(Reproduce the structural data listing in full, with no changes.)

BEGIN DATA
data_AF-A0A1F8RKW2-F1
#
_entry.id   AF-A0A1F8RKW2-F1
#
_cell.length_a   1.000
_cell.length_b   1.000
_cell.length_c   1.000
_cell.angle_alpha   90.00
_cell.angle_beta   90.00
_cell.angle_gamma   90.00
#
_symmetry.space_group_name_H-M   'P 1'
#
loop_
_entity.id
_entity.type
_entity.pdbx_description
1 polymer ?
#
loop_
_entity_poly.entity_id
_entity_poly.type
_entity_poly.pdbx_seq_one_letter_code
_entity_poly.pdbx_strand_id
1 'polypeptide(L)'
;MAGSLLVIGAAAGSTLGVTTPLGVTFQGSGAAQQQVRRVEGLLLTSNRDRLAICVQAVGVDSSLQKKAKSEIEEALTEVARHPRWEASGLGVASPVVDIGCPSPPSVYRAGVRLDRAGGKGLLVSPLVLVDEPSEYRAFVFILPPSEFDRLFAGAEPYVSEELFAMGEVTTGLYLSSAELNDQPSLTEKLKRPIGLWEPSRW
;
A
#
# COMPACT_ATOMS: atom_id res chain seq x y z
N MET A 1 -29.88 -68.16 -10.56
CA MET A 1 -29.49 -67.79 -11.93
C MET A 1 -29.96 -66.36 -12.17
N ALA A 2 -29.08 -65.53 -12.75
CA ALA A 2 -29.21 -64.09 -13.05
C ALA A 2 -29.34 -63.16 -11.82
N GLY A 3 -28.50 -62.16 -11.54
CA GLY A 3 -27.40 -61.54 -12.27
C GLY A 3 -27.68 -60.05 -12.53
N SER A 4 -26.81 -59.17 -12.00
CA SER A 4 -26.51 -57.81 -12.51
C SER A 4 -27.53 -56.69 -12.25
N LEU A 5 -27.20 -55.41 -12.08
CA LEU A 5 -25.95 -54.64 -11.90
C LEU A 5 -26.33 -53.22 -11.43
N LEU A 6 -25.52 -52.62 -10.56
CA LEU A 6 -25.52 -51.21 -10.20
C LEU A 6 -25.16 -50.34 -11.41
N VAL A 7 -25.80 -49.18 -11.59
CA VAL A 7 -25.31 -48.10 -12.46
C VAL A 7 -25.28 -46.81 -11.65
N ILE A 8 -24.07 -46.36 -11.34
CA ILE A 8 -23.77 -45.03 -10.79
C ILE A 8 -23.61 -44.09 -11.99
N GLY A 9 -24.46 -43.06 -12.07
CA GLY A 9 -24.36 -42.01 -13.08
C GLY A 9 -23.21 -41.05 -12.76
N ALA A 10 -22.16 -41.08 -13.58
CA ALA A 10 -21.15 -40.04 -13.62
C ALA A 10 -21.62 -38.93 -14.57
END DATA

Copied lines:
data_AF-A0A1F8RKW2-F1
#
_entry.id   AF-A0A1F8RKW2-F1
#
_cell.length_a   1.000
_cell.length_b   1.000
_cell.length_c   1.000
_cell.angle_alpha   90.00
_cell.angle_beta   90.00
_cell.angle_gamma   90.00
#
_symmetry.space_group_name_H-M   'P 1'
#
loop_
_entity.id
_entity.type
_entity.pdbx_description
1 polymer ?
#
loop_
_entity_poly.entity_id
_entity_poly.type
_entity_poly.pdbx_seq_one_letter_code
_entity_poly.pdbx_strand_id
1 'polypeptide(L)'
;MAGSLLVIGAAAGSTLGVTTPLGVTFQGSGAAQQQVRRVEGLLLTSNRDRLAICVQAVGVDSSLQKKAKSEIEEALTEVARHPRWEASGLGVASPVVDIGCPSPPSVYRAGVRLDRAGGKGLLVSPLVLVDEPSEYRAFVFILPPSEFDRLFAGAEPYVSEELFAMGEVTTGLYLSSAELNDQPSLTEKLKRPIGLWEPSRW
;
A
#
# COMPACT_ATOMS: atom_id res chain seq x y z
N MET A 1 -29.88 -68.16 -10.56
CA MET A 1 -29.49 -67.79 -11.93
C MET A 1 -29.96 -66.36 -12.17
N ALA A 2 -29.08 -65.53 -12.75
CA ALA A 2 -29.21 -64.09 -13.05
C ALA A 2 -29.34 -63.16 -11.82
N GLY A 3 -28.50 -62.16 -11.54
CA GLY A 3 -27.40 -61.54 -12.27
C GLY A 3 -27.68 -60.05 -12.53
N SER A 4 -26.81 -59.17 -12.00
CA SER A 4 -26.51 -57.81 -12.51
C SER A 4 -27.53 -56.69 -12.25
N LEU A 5 -27.20 -55.41 -12.08
CA LEU A 5 -25.95 -54.64 -11.90
C LEU A 5 -26.33 -53.22 -11.43
N LEU A 6 -25.52 -52.62 -10.56
CA LEU A 6 -25.52 -51.21 -10.20
C LEU A 6 -25.16 -50.34 -11.41
N VAL A 7 -25.80 -49.18 -11.59
CA VAL A 7 -25.31 -48.10 -12.46
C VAL A 7 -25.28 -46.81 -11.65
N ILE A 8 -24.07 -46.36 -11.34
CA ILE A 8 -23.77 -45.03 -10.79
C ILE A 8 -23.61 -44.09 -11.99
N GLY A 9 -24.46 -43.06 -12.07
CA GLY A 9 -24.36 -42.01 -13.08
C GLY A 9 -23.21 -41.05 -12.76
N ALA A 10 -22.16 -41.08 -13.58
CA ALA A 10 -21.15 -40.04 -13.62
C ALA A 10 -21.62 -38.93 -14.57